Holiday lights and holy sites: Christians head to Jerusalem on Christmas Eve

A combination of kitschy holiday decor and historic holy sites draw Christians to the Old City to celebrate the birth of Jesus.

Christmas decorations in Jerusalem (photo credit: ARIEL COHEN)
Christmas decorations in Jerusalem
(photo credit: ARIEL COHEN)
The stalls of the Old City take on a different look in December, with LED Christmas lights strung across the biblical cobblestones as a friar in full garb inspects some tinsel. Walk through the Damascus gate the morning of Christmas Eve,  Jingle Bells can be heard alongside the usual call to prayer.
Even though the historical city takes on a kitschy feel this time of year, the history is not forgotten. For those who make the journey to Israel for Christmas, Jerusalem’s Church of the Holy Sepulcher is the first stop to see both the place of Jesus’s burial and resurrection.
According to legend, Helena came to Jerusalem 300 years after Jesus’s death in order to find the place where he was crucified on the cross. A local Israeli led her to the hill of Golgotha in Jerusalem, saying that this was where Jesus was hung on the cross. It is in this spot that the Church of the Holy Sepulcher stands. 
For centuries Christians came here to pray and give thanks to Jesus, and they would also take home a small piece of the hill. Now, centuries later, the hill of Golgotha is nearly completely eroded, but Christians still line up in the church over the supposed spot where Jesus was crucified in order to kneel down and pray. A glass cage now prevents the historical Golgotha from being further eroded, and visitors can only touch the historic spot.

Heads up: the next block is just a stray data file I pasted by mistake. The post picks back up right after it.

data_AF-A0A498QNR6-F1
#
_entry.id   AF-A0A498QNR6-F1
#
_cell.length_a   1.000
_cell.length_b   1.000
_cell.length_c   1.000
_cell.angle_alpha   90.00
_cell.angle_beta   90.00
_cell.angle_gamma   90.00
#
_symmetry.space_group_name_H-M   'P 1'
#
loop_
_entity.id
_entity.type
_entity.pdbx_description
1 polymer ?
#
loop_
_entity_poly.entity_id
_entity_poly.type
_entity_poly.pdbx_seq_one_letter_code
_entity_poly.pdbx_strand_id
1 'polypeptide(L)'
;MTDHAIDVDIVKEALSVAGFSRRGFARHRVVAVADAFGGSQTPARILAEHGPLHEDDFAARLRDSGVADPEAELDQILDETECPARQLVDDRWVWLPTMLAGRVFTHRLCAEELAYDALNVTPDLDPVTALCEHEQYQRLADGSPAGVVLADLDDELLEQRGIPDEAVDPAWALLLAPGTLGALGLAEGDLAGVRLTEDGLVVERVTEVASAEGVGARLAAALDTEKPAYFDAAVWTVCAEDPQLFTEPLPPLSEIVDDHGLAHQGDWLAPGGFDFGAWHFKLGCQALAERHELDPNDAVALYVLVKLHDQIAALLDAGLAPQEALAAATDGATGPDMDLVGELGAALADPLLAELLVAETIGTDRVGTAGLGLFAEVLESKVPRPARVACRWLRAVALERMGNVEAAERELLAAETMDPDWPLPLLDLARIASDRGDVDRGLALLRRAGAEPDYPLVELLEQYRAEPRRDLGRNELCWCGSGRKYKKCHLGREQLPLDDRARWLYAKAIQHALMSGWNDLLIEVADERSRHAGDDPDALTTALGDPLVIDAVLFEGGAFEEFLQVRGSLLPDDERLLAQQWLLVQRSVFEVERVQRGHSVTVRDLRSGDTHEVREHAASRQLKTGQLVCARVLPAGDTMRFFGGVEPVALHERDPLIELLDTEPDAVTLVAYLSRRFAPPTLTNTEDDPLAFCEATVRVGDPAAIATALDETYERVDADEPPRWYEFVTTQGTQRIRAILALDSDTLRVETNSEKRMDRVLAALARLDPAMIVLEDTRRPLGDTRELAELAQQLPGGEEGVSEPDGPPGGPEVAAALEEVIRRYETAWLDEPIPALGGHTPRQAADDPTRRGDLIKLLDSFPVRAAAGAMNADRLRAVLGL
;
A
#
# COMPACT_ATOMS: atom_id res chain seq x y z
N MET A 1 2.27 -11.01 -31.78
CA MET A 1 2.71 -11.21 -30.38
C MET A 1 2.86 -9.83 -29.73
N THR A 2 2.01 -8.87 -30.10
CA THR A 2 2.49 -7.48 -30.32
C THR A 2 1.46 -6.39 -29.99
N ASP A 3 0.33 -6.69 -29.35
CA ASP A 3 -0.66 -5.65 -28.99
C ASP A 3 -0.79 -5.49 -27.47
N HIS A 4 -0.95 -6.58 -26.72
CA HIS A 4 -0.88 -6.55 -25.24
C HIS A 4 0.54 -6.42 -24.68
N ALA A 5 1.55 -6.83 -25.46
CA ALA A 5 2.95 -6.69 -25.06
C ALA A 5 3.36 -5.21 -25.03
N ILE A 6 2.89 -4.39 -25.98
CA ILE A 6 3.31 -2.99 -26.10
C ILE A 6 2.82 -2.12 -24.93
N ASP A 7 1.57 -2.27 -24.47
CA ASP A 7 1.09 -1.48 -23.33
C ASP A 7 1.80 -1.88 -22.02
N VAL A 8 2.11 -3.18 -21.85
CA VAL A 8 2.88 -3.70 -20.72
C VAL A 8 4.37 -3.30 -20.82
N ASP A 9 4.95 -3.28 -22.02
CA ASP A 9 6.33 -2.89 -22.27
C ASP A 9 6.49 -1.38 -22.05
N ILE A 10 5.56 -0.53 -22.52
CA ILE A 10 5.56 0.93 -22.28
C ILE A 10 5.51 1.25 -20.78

In order to reach the top of the holy place of prayer within the church, one must climb stairs steep enough to make even the most athletic person feel a bit winded, and this proves to be an especially treacherous climb for older pilgrims. 
In the long line awaiting the chance to kneel and pray, Christians marvel at the opportunity to be here on Christmas Eve. Everyone comes from a different place and says a different prayer, but they all were all driven here by a spiritual connection to the holy land at Christmas time. 
“This is a place that symbolizes everything and I can see so much history,” Iana Taranti, a Christian from Brazil visiting the holy land for the first time, tells The Jerusalem Post. “My father came here years ago and dreamed that his family would one day follow. All my life I heard about this place, but this Christmas I get to be apart of it.”
Nearby a group of Christians from France begins reciting prayers in their native tongue and two Russians start to sing as their friend kneels to pray at the alter. After stopping to pray one by one at Golgatha, pilgrims light a candle and file down the stairs back to the main area of the church and out again into the Old City.
Once they've left the holy site it’s back to the cobble stoned streets incongruously cluttered with Santa hats and plastic ornaments on Christmas trees. Later, most Christians will take a bus to Bethlehem in order to witness the place where Jesus was born.
“People always come at Christmas. Most people go to Bethlehem but many remain in Jerusalem,” Abu Hami, an employee of the Franciscan House for Pilgrims in the Old City says. “Every year the people feel so happy to be in the place of Jesus and the most holy Christian miracles."
Those who remain in Jerusalem will attend one of the many Christmas Eve and Christmas Day masses, which are offered in English, Arabic, German, Finnish, French, Danish and Swedish around the Old City and on the Mount of Olives.